Tutorial

Deep-Learning Based Recommendation Systems — Learning AI

Deep Learning (DL) has had immense success over the past few years in areas such as computer vision and speech recognition. Recently, DL techniques have also been used to enhance the performance of Recommender Systems (RS). Most major websites and services are using RS enhanced with DL in a constant attempt to improve the overall user experience. Netflix recommends which shows to watch next, YouTube throws a video your way, Google Play suggests other apps you might enjoy, and even text-based services like Yahoo News are using neural networks to provide recommendations for millions of users. Let’s dissect the underlying technologies and see why Deep Learning is the right choice for Recommender Systems.

Why do companies bother about Recommender Systems in the first place?

We live in a highly digital era when heaps of data and content are being generated daily. Considering how many item options there are to choose from, users can easily suffer from choice paralysis. This is where the RS steps in, helping to narrow down the stream of products based on individual user preferences.

Ever finished watching a good show on Netflix only to immediately discover something great in the recommended section? That’s a good RS doing its work.

According to stats from Netflix itself, users are 2–4 times more likely to check out the content at the top of their recommended list if it’s personalized, as opposed to seeing a general “popular” list which is the same for everyone. Overall, 2 of every 3 hours streamed on Netflix are discovered through the homepage from the recommended list. The RS in total influences choice for about 80% of hours streamed at Netflix, whereas the remaining 20% comes from the search function.

YouTube is another prime example of successful RS usage — out of the millions of videos available, the system manages to present users content tailored to their preferences. Their system does this in two steps:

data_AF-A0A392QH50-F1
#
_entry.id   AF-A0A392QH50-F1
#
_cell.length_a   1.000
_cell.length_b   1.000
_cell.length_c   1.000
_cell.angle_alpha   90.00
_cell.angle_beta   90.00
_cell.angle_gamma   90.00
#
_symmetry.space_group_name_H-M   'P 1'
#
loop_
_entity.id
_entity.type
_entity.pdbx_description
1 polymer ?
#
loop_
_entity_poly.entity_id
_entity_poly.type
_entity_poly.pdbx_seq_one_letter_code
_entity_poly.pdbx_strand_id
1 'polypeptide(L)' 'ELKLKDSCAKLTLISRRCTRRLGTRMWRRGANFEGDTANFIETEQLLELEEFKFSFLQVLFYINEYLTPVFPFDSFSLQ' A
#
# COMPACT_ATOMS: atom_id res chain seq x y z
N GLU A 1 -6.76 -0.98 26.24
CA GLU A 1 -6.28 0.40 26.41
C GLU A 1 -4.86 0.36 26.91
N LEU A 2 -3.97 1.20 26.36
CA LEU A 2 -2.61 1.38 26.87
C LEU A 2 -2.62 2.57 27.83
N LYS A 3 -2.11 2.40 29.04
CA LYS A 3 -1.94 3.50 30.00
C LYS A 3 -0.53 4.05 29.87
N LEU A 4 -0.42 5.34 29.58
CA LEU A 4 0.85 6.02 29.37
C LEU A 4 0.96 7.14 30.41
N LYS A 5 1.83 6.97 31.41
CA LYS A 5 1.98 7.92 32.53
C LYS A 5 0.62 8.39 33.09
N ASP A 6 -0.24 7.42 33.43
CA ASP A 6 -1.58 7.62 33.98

1. Based on user history, the RS performs candidate generation, funneling down from millions of videos to hundreds.
  2. Narrowing down even further using video features and other sources, the system ranks the candidates and outputs around a dozen videos from the top of the list.

As a result, recommendations account for about 60% of all video clicks from the home page. The related videos section also causes high correlations between the views of a video and the views of its top referrer videos. The correlation coefficient is equal to 0.60, indicating just how well the RS chooses relevant videos.

How can Deep Learning improve Recommender Systems?

At their core, RS are based on techniques such as Collaborative filtering, Content-based filtering, or a mix of both. However, they are not without their flaws. The sheer amount of content and users makes it rather difficult to build precise predictions, especially when users have a short interaction history, or when certain items aren’t that popular. DL techniques bring several strengths to the table:

  • Nonlinear Transformation. Conventional methods such as matrix factorization are linear models. By using deep neural networks, RS can model non-linear effects and capture complex user-item interaction patterns.
  • Representation Learning. In real-world applications, there is usually a lot of descriptive information available about items and users, which neural networks can use to better understand them. As a result, less effort is spent on feature design, and the system can learn from substantive information such as text and images, instead of being based solely on clicks, reviews, and purchases.